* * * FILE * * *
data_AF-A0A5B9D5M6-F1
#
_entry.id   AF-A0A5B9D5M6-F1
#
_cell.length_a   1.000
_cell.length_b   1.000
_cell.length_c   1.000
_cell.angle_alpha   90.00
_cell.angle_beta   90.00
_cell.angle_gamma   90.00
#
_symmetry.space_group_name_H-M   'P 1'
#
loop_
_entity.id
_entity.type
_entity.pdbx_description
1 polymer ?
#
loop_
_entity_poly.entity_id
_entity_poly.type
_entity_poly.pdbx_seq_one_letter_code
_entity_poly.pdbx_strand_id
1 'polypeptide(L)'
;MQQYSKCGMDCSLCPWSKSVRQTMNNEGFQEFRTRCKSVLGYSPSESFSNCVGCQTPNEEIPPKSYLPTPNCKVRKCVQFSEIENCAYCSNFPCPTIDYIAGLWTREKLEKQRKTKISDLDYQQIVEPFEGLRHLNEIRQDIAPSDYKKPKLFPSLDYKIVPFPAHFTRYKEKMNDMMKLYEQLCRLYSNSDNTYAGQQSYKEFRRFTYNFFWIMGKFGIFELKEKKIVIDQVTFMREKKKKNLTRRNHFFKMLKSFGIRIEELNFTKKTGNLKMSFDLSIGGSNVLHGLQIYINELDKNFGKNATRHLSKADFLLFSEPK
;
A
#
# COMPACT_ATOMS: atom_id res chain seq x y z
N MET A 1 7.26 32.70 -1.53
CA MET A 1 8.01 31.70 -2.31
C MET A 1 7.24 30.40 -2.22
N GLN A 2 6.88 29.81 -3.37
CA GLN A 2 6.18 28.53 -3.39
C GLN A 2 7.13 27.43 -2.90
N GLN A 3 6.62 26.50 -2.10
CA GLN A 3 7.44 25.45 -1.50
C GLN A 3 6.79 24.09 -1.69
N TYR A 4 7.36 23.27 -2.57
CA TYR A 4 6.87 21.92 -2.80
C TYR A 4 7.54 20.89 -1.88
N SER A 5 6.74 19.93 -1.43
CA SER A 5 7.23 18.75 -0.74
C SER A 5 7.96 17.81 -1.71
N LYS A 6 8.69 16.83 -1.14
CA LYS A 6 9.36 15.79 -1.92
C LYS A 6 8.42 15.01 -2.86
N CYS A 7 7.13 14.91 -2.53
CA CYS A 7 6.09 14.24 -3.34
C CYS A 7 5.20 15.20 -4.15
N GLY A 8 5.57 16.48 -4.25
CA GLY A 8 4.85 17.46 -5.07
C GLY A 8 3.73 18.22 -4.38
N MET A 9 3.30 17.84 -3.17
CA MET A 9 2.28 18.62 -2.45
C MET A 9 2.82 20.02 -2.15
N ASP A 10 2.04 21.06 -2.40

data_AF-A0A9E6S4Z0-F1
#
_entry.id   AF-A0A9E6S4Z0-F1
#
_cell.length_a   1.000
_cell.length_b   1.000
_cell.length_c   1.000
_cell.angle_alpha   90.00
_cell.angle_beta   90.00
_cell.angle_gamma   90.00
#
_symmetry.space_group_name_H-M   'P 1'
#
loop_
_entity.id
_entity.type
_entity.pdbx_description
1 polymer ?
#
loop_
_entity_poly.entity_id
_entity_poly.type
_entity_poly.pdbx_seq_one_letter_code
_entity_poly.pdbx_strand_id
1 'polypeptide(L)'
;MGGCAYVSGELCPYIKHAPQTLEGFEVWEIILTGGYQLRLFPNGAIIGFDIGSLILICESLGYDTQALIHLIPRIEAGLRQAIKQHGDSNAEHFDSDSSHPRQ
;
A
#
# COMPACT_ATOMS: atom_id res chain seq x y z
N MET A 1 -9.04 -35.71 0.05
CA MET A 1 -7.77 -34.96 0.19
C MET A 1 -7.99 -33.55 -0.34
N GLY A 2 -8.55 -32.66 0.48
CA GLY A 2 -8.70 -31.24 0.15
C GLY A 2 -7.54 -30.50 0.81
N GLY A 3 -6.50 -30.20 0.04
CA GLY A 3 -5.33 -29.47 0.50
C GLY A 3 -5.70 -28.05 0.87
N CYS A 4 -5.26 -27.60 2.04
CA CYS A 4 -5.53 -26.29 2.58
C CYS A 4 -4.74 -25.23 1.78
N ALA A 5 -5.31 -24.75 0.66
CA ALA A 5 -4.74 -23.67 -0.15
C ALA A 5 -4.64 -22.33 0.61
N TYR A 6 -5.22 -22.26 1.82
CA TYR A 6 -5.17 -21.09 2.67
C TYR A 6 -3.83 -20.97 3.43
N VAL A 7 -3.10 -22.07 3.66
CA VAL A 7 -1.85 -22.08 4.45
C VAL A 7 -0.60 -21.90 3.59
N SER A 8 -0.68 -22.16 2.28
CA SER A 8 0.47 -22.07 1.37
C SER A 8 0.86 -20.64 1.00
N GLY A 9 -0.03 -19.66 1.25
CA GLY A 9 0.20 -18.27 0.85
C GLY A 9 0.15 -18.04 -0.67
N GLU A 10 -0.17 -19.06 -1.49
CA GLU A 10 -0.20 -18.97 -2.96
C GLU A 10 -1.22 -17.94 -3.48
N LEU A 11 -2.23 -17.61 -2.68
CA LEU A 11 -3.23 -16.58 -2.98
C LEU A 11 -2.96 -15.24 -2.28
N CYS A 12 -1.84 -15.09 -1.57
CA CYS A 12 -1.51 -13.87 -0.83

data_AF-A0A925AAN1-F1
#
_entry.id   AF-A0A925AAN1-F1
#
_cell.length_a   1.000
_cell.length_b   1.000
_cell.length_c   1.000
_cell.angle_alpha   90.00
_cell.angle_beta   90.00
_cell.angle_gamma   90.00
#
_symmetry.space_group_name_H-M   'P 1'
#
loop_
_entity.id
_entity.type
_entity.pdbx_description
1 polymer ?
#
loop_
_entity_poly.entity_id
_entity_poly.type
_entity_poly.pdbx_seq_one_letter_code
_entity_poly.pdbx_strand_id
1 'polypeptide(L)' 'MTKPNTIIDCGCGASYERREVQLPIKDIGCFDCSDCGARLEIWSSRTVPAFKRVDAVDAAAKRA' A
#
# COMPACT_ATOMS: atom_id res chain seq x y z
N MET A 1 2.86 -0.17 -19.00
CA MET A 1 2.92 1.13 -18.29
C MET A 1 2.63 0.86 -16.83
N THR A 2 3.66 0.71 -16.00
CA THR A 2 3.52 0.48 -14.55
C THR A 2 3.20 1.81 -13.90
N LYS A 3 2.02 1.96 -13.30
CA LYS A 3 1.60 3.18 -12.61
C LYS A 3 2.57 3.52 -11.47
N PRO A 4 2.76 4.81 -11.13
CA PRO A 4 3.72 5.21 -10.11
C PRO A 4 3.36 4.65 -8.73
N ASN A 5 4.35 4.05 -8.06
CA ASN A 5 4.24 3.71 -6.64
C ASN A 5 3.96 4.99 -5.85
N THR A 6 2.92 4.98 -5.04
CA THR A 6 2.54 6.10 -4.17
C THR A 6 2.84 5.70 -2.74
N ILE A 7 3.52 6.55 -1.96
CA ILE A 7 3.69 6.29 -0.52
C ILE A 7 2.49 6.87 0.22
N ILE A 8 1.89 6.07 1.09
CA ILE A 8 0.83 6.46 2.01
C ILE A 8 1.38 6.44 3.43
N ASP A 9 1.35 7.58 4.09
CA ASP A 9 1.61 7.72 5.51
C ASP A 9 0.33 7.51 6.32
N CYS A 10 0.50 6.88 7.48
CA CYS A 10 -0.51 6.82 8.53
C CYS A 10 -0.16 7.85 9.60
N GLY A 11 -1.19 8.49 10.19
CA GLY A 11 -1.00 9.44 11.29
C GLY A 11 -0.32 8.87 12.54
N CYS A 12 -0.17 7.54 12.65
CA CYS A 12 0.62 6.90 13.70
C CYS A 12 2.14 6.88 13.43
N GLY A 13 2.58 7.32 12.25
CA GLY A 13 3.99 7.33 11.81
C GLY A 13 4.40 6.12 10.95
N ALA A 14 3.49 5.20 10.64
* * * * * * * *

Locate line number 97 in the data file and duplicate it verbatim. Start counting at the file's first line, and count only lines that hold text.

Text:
C GLY A 3 -5.70 -28.05 0.87